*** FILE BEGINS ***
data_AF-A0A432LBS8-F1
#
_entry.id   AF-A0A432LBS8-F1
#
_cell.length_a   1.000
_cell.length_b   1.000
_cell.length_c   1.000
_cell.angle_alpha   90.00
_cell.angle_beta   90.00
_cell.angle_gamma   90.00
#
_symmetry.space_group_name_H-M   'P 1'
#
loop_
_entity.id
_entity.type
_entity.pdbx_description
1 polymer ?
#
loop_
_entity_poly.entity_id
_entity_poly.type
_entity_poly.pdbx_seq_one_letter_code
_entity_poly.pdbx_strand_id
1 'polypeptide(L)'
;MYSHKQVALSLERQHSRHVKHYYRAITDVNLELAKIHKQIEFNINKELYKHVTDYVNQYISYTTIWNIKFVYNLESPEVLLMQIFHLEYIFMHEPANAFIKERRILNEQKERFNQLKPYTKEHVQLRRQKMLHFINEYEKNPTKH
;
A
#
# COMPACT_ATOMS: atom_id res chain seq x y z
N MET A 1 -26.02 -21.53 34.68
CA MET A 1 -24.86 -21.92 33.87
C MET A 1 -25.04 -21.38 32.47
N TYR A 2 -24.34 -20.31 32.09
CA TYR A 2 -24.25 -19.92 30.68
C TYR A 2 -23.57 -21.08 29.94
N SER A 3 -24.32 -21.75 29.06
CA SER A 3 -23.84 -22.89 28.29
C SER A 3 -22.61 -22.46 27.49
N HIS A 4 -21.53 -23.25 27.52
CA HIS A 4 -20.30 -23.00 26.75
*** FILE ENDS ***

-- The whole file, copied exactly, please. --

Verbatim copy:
data_AF-A0A432LBS8-F1
#
_entry.id   AF-A0A432LBS8-F1
#
_cell.length_a   1.000
_cell.length_b   1.000
_cell.length_c   1.000
_cell.angle_alpha   90.00
_cell.angle_beta   90.00
_cell.angle_gamma   90.00
#
_symmetry.space_group_name_H-M   'P 1'
#
loop_
_entity.id
_entity.type
_entity.pdbx_description
1 polymer ?
#
loop_
_entity_poly.entity_id
_entity_poly.type
_entity_poly.pdbx_seq_one_letter_code
_entity_poly.pdbx_strand_id
1 'polypeptide(L)'
;MYSHKQVALSLERQHSRHVKHYYRAITDVNLELAKIHKQIEFNINKELYKHVTDYVNQYISYTTIWNIKFVYNLESPEVLLMQIFHLEYIFMHEPANAFIKERRILNEQKERFNQLKPYTKEHVQLRRQKMLHFINEYEKNPTKH
;
A
#
# COMPACT_ATOMS: atom_id res chain seq x y z
N MET A 1 -26.02 -21.53 34.68
CA MET A 1 -24.86 -21.92 33.87
C MET A 1 -25.04 -21.38 32.47
N TYR A 2 -24.34 -20.31 32.09
CA TYR A 2 -24.25 -19.92 30.68
C TYR A 2 -23.57 -21.08 29.94
N SER A 3 -24.32 -21.75 29.06
CA SER A 3 -23.84 -22.89 28.29
C SER A 3 -22.61 -22.46 27.49
N HIS A 4 -21.53 -23.25 27.52
CA HIS A 4 -20.30 -23.00 26.75